Big bank discriminates against pregnant women -- HUD

by Rachel.Norvell10 Oct 2014
The U.S. Department of Housing and Urban Development (HUD) has reached a $5 million settlement with Wells Fargo Home Mortgage, resolving allegations that the lender discriminated against women who were pregnant or had recently given birth and were on maternity leave.

The Fair Housing Act makes it unlawful to discriminate in real estate related transactions, including the provision of home mortgage loans, on the bases of race, color, national origin, religion, sex, disability or familial status.

“The settlement is significant for the six families who had the courage to file complaints and for countless other families who will no longer fear losing out on a home simply because they are expecting a baby,” said HUD Secretary Julián Castro. “These types of settlements get us closer to ensuring that no qualified family will be singled out for discrimination.”

Under the settlement, the lender will distribute a total of $165,000 to the six affected families; create a fund with at least $3.5 million to compensate other Wells Fargo applicants who experienced maternity discrimination when they applied for a loan; and pay as many as 175 claimants $20,000 each.

Wells Fargo will also change its underwriting guidelines when it comes to evaluating mortgage loan applications from those on maternity leave to ensure they are not discriminatory. The new guidelines clarify how underwriters must evaluate and process mortgage loan applications from applicants on parental leave, including maternity leave, when they apply for a loan.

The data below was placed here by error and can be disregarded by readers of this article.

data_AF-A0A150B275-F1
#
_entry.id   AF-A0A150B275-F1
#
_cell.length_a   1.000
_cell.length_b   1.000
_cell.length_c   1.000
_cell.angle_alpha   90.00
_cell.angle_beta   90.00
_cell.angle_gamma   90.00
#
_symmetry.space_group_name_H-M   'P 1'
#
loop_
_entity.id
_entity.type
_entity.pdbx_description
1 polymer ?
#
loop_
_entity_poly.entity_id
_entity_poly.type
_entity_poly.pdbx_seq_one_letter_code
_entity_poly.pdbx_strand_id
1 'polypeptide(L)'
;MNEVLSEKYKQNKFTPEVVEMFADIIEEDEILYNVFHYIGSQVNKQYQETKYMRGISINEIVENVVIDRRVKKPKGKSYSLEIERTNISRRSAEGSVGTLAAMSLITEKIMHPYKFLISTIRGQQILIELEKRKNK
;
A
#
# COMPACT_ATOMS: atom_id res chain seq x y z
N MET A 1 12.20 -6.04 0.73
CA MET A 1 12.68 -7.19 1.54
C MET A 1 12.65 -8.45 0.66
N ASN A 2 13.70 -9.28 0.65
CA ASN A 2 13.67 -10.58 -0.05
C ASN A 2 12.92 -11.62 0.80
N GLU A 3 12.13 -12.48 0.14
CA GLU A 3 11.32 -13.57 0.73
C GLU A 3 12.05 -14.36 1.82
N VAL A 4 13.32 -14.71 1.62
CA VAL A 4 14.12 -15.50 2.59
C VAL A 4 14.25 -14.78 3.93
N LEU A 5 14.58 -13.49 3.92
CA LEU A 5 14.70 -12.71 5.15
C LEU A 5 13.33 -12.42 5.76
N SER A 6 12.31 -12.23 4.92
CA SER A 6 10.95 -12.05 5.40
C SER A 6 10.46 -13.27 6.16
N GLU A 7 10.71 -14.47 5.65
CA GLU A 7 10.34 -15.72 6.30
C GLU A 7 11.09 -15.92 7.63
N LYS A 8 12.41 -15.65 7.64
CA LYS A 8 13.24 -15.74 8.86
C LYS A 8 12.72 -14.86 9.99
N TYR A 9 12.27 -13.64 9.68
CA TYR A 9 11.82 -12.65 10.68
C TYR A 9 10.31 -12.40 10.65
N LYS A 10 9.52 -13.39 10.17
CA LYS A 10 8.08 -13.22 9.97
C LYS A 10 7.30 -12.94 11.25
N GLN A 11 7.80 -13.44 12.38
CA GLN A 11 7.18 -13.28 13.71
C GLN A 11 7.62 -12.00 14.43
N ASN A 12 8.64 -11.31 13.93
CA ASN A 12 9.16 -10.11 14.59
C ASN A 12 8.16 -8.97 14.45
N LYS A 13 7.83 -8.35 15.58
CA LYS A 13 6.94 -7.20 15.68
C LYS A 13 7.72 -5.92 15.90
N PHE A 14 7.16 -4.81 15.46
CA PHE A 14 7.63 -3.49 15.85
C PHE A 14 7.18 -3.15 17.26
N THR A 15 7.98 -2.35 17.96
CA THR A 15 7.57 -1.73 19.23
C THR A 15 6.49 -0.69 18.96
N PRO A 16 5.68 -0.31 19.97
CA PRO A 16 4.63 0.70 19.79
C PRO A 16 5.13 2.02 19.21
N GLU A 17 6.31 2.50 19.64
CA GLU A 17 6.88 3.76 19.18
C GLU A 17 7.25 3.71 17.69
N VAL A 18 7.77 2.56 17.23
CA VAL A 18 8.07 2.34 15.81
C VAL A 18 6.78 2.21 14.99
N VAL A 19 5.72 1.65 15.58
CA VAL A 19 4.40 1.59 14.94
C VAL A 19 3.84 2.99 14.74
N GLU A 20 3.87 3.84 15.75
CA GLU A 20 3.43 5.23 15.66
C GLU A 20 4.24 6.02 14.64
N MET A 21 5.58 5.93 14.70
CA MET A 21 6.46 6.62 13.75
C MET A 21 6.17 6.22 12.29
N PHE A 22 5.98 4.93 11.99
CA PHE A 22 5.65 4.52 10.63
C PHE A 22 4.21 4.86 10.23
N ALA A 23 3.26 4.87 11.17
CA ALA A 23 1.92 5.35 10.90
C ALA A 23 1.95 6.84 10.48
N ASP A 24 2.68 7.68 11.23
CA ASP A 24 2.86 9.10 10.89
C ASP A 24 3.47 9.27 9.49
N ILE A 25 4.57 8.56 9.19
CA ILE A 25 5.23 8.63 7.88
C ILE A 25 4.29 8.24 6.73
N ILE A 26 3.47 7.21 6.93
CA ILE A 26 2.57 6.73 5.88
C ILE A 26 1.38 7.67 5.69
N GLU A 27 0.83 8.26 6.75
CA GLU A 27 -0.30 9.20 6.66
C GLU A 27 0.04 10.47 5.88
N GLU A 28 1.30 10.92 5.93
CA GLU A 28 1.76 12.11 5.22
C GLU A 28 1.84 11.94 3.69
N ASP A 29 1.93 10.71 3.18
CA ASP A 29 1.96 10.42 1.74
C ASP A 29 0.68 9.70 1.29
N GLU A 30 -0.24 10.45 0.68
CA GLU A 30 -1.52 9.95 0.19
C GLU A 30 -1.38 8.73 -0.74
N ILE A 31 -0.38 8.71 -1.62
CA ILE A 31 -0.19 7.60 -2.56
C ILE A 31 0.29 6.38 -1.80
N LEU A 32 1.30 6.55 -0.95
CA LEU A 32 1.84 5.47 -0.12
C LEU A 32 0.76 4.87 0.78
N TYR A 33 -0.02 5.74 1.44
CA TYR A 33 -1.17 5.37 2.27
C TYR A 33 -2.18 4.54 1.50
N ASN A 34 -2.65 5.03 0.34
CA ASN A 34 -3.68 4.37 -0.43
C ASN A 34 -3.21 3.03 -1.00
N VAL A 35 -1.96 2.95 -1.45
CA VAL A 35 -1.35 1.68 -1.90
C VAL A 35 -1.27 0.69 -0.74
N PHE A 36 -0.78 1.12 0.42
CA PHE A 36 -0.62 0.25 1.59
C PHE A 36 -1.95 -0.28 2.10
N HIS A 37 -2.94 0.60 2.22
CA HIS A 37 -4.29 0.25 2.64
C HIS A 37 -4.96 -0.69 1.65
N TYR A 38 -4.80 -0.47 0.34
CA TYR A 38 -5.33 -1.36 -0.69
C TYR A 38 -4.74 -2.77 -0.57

Since 2010, 190 maternity leave discrimination complaints have been filed with HUD, resulting in more than 40 settlements for a total of nearly $1.5 million, prior to the Wells Fargo settlement.

To read more about the settlement, click here.


  • by | 10/10/2014 11:03:25 AM

    One very good way to reduce the foreclosure rate is to allow only one income per household for mortgage qualification. Before 1977, when both incomes were considered on an application, the foreclosure rate was very low. The rate has increased annually from thereon even during periods of good economy simply because not all dual income situations continue due to divorce, layoffs, injuries, sabbaticals, etc. When a household has been reduced to a single income it becomes difficult to support mortgage payments geared for dual income.
    The new approach would be fair to the many unmarried or widowed applicants who have been competing with dual income households for housing.


Is TILA-RESPA a good or bad thing long term?